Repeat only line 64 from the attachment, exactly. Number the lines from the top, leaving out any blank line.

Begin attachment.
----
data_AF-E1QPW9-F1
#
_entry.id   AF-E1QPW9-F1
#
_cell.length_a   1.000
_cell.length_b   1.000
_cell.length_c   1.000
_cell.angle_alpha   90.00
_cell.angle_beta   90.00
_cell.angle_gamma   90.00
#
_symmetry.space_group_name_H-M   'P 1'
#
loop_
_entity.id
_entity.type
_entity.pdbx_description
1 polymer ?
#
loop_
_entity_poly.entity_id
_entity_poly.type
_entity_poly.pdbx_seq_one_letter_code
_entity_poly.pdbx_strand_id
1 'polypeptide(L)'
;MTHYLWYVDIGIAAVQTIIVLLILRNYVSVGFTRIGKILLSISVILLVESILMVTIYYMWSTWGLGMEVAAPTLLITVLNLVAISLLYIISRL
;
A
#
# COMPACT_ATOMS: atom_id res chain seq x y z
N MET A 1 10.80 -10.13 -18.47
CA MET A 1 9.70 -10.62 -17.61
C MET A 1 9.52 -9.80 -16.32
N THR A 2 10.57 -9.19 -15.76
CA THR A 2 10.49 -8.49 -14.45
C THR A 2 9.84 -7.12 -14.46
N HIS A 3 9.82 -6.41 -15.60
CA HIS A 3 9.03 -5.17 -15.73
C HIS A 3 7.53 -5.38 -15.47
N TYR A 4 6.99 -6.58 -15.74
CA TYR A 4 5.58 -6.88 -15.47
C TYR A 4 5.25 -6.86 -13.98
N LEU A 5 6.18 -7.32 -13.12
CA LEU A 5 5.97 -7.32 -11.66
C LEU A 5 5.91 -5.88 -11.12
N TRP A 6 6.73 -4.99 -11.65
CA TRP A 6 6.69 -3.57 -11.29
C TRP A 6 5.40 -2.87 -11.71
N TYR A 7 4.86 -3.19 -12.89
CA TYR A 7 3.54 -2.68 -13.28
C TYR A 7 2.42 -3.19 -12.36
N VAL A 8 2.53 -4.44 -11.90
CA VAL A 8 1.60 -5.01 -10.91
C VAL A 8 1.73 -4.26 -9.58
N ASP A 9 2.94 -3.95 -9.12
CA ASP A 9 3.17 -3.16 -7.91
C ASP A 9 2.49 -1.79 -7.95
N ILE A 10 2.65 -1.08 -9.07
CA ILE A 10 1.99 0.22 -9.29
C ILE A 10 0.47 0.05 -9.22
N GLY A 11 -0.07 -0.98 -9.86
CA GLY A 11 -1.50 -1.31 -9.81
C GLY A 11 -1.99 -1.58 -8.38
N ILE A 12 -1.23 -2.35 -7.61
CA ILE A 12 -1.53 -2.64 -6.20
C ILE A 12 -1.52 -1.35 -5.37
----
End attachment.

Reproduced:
N ILE A 12 -1.23 -2.35 -7.61